In 2008, Iceland collapsed under the weight of its banking industry’s federal-reserve like excesses.
In 2018, Iceland’s is a red hot economy. The highly able population has shifted from finance to technology and tourism. No bailout—allowing the banks to collapse and a natural recovery take place—has a lot to do with it.
Haiti is forever convulsed by political and natural disasters. It remains the poorest country in the Western Hemisphere, where four out of five people live in poverty and more than half in abject poverty (NYT).
According to data reported by Tucker, only 31 percent of Americans who graduate from college can read a complex text/book.
By the same data’s telling, American kids are the dumbest in the developed world (facts I was reporting 14 years ago, already. In addition to the two hyperlinks provided, click “Education” to go back in time).
While our kids know less and less, their grades are only getting higher. The vaunted GPA is meaningless, except to give an idea of a student’s grades in relation to the inflated marks of his peers.
The most common grade given (the statistical mode?) in American college courses is an … “A.” “Forty-three percent of all letter grades are As.”
The great books (and works of art and music) upon which nobody contemporary has improved. (Everybody needs to be humbled by these works. I recently read some Plato abbreviated, after which I felt very small indeed. It’s all been said and thought-out before by the Greats. For example, an insight articulated and carefully thought-out in Into The Cannibal’s Pot; it was there. Plato said it already. Of course I was chuffed; it felt good. But how sad that this heritage—and with it the humility that comes with a recognition of true genius—is not being handed down.)
St. John’s College admits only 800 and is producing the renaissance men and women of America.
ALL “freshmen must learn ancient Greek. ALL seniors struggle with quantum physics, along the way, as do they have to grapple with calculus, learn how to do differential equations, study Hegel and Kierkegaard, Karl Marx and Adam Smith.”
“St. John’s is sailing against every trend in American higher education.”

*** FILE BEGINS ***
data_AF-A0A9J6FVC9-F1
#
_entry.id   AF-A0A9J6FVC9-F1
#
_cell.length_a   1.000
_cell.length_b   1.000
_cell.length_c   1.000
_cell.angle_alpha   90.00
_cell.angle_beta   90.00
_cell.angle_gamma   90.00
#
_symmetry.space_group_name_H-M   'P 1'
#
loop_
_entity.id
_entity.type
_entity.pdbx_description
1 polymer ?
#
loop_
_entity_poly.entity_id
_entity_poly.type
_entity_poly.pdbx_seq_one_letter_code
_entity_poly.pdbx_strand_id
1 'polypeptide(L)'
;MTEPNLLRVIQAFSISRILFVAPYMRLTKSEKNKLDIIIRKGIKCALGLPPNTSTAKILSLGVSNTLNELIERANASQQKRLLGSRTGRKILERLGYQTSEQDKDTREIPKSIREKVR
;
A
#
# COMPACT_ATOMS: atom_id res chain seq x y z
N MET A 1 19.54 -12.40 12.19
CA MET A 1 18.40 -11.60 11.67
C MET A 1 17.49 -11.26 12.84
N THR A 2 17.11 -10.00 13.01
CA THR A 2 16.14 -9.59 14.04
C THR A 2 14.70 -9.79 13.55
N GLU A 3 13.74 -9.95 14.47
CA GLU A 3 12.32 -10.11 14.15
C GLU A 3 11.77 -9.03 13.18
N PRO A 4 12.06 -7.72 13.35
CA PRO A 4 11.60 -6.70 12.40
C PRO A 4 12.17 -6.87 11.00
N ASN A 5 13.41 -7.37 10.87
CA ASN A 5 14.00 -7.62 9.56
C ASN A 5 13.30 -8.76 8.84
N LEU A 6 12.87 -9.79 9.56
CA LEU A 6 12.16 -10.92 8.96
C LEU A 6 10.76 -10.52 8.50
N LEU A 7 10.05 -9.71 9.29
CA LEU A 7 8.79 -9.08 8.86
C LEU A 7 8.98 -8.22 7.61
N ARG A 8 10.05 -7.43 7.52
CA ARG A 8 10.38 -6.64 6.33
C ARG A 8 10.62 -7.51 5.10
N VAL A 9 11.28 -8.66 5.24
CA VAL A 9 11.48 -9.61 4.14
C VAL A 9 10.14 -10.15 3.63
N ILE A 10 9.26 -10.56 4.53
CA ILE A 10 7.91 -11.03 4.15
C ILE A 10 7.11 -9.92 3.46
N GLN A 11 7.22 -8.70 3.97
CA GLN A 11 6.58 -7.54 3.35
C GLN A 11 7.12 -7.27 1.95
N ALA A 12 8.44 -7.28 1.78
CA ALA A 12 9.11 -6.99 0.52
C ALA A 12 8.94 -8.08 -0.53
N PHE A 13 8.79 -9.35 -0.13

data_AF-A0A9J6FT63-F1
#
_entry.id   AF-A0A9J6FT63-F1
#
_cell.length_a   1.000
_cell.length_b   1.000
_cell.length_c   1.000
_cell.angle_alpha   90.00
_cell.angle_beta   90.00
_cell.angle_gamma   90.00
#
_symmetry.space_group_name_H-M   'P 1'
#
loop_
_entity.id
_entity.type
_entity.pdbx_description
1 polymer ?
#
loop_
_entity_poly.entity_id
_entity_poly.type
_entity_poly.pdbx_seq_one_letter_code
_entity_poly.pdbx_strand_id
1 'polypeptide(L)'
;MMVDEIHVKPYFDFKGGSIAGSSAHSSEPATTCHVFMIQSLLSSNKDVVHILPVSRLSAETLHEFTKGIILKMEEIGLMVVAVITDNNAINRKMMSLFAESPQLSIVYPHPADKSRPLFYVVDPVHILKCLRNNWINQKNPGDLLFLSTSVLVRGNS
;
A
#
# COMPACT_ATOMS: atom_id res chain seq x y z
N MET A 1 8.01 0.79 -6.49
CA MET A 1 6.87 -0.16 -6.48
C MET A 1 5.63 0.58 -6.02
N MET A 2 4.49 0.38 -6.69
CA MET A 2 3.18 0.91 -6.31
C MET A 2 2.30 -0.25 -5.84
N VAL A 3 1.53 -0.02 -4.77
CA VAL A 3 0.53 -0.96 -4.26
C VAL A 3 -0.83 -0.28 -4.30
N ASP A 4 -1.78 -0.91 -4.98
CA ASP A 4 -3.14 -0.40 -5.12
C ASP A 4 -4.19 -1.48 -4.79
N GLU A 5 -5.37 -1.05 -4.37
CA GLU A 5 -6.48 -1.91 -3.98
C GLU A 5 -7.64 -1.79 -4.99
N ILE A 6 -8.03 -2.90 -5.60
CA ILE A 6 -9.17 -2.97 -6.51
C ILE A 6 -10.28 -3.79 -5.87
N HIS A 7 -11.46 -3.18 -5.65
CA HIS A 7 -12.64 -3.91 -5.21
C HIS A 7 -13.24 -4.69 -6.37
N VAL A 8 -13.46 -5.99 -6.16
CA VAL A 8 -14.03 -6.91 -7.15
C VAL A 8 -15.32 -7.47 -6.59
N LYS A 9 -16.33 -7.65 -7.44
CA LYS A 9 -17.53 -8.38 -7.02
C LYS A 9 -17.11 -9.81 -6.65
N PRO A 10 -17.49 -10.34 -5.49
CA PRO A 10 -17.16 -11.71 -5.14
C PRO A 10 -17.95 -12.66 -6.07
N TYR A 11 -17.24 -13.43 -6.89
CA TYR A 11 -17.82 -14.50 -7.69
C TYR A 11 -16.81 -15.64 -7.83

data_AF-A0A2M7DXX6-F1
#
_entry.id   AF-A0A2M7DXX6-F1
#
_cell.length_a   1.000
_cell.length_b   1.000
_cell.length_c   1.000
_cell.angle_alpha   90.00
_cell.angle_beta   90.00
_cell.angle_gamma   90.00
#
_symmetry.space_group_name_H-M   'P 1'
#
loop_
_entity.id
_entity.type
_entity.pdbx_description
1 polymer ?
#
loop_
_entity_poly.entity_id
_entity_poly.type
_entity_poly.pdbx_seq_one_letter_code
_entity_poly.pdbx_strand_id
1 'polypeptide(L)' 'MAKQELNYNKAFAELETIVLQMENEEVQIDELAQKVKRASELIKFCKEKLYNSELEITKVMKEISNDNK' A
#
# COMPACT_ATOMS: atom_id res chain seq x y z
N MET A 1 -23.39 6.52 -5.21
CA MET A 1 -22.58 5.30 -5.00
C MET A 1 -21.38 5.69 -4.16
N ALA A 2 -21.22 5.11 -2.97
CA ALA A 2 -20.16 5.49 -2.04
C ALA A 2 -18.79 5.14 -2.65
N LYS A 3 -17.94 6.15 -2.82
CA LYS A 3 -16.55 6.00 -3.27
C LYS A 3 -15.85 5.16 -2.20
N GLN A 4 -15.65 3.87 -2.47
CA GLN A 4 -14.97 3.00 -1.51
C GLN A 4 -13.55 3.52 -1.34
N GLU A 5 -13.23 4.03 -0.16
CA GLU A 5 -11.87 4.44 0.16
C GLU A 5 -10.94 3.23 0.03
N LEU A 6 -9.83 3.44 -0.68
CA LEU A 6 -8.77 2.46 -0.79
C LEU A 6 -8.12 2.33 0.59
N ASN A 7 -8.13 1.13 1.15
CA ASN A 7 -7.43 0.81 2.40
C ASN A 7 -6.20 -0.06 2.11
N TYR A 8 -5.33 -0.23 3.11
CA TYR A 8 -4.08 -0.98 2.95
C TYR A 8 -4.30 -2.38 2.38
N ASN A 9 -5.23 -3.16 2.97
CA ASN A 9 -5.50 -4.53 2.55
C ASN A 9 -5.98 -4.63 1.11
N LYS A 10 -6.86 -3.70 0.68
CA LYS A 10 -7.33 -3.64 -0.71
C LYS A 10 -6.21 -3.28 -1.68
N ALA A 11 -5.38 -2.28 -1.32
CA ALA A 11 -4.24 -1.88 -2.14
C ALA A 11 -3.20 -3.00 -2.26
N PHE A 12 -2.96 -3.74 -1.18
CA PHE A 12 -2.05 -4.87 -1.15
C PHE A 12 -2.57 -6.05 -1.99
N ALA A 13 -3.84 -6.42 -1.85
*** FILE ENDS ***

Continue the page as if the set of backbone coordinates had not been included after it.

Their “students read 200 serious books over the course of their education.”
Only 800 students qualify in admission and all must undergo this rigor.
This is the traditional liberal arts education that our greatest minds (thinkers, scientists, Founding Fathers) would have undergone 100 plus years ago. (Was not Thomas Jefferson a scientist and a philosopher and an all-round genius? Indeed he was.)
It’s an all-required curriculum. Everyone is required to take courses of equal rigor. There are no majors, no minors. No hiding. No skewing the grades Bell Curve.
Minds thus enriched can go on to become whatever they want, having been given the intellectual wherewithal to think, and the tools to both appreciate intellectual history, draw on it and from it.
American education is an exercise in egalitarian idiocy. In my option, educational egalitarianism and idiocy does the greatest harm to the gifted child.
And isn’t that the aim? To give all children the feeling they are equally gifted?
Ultimately, wonderful young minds should not be abandoned to the evaluation standards of what are mostly sub-intelligent, near-illiterate educrats, who’ve been disseminating dumbed-down subject matter, in institutions of “learning” in which everyone is a winner.
UPDATED (10/30/018): Rotting young minds.
And when I refused to partake in mobile-device mania I was called a Luddite (backwards). When I tell friends their kids (essentially) don’t know how to READ; I am dismissed.